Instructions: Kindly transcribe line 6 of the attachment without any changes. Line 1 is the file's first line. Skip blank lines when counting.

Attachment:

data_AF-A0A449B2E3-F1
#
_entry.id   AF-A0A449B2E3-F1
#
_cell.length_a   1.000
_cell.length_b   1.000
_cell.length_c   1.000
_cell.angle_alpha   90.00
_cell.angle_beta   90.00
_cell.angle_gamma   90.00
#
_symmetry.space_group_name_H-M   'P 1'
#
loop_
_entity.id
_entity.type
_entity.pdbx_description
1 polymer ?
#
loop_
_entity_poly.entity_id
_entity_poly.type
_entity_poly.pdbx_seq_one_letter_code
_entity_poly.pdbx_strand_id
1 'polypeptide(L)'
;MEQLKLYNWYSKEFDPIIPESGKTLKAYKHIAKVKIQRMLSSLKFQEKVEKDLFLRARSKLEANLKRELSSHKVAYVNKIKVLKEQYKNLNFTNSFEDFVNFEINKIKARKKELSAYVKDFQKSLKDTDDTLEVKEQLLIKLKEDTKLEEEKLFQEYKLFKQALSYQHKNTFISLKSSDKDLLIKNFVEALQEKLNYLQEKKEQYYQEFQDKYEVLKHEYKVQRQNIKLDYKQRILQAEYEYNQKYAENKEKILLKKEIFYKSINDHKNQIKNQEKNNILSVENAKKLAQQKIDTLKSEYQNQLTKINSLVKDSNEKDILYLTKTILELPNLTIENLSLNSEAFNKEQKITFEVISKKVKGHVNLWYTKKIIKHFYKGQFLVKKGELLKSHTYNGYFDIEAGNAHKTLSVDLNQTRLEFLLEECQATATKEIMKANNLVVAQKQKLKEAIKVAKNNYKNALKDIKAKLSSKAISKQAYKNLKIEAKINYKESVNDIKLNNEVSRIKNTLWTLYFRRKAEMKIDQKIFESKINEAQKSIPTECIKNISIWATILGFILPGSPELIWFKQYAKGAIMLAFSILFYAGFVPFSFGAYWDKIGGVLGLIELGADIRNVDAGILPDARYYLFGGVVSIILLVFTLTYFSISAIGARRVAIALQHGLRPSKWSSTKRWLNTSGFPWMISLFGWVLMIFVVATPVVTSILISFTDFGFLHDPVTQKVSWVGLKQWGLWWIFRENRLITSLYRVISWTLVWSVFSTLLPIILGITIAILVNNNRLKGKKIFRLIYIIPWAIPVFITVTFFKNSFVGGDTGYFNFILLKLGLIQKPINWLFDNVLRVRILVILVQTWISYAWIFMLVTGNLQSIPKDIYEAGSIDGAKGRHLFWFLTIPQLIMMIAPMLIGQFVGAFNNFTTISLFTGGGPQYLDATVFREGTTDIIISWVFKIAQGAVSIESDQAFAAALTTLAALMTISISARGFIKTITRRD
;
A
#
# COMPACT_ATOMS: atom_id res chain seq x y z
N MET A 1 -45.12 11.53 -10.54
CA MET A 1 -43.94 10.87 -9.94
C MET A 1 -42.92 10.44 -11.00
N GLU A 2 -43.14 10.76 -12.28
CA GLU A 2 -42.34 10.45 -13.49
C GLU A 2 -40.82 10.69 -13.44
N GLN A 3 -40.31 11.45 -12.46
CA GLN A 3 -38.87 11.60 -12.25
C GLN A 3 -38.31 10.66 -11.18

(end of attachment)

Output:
_cell.length_b   1.000